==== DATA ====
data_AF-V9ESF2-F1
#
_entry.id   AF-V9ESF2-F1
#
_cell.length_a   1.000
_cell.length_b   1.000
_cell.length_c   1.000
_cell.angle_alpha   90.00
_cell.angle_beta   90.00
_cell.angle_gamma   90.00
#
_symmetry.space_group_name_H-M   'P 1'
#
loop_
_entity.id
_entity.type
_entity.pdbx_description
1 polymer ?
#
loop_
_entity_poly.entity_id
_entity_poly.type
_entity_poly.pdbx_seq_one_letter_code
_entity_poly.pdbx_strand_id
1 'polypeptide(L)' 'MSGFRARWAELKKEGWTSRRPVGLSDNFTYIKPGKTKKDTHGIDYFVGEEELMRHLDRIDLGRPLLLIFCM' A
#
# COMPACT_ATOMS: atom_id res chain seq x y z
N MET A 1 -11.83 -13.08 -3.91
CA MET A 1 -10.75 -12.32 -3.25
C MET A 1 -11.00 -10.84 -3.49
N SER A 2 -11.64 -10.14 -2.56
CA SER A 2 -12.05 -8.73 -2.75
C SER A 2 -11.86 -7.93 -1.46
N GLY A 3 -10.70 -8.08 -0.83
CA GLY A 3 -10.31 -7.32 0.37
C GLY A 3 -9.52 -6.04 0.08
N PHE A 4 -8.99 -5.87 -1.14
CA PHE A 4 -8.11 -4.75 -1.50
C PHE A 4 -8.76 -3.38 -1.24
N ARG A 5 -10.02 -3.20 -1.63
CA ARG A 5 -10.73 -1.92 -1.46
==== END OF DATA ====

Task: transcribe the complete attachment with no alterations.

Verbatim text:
data_AF-V9ESF2-F1
#
_entry.id   AF-V9ESF2-F1
#
_cell.length_a   1.000
_cell.length_b   1.000
_cell.length_c   1.000
_cell.angle_alpha   90.00
_cell.angle_beta   90.00
_cell.angle_gamma   90.00
#
_symmetry.space_group_name_H-M   'P 1'
#
loop_
_entity.id
_entity.type
_entity.pdbx_description
1 polymer ?
#
loop_
_entity_poly.entity_id
_entity_poly.type
_entity_poly.pdbx_seq_one_letter_code
_entity_poly.pdbx_strand_id
1 'polypeptide(L)' 'MSGFRARWAELKKEGWTSRRPVGLSDNFTYIKPGKTKKDTHGIDYFVGEEELMRHLDRIDLGRPLLLIFCM' A
#
# COMPACT_ATOMS: atom_id res chain seq x y z
N MET A 1 -11.83 -13.08 -3.91
CA MET A 1 -10.75 -12.32 -3.25
C MET A 1 -11.00 -10.84 -3.49
N SER A 2 -11.64 -10.14 -2.56
CA SER A 2 -12.05 -8.73 -2.75
C SER A 2 -11.86 -7.93 -1.46
N GLY A 3 -10.70 -8.08 -0.83
CA GLY A 3 -10.31 -7.32 0.37
C GLY A 3 -9.52 -6.04 0.08
N PHE A 4 -8.99 -5.87 -1.14
CA PHE A 4 -8.11 -4.75 -1.50
C PHE A 4 -8.76 -3.38 -1.24
N ARG A 5 -10.02 -3.20 -1.63
CA ARG A 5 -10.73 -1.92 -1.46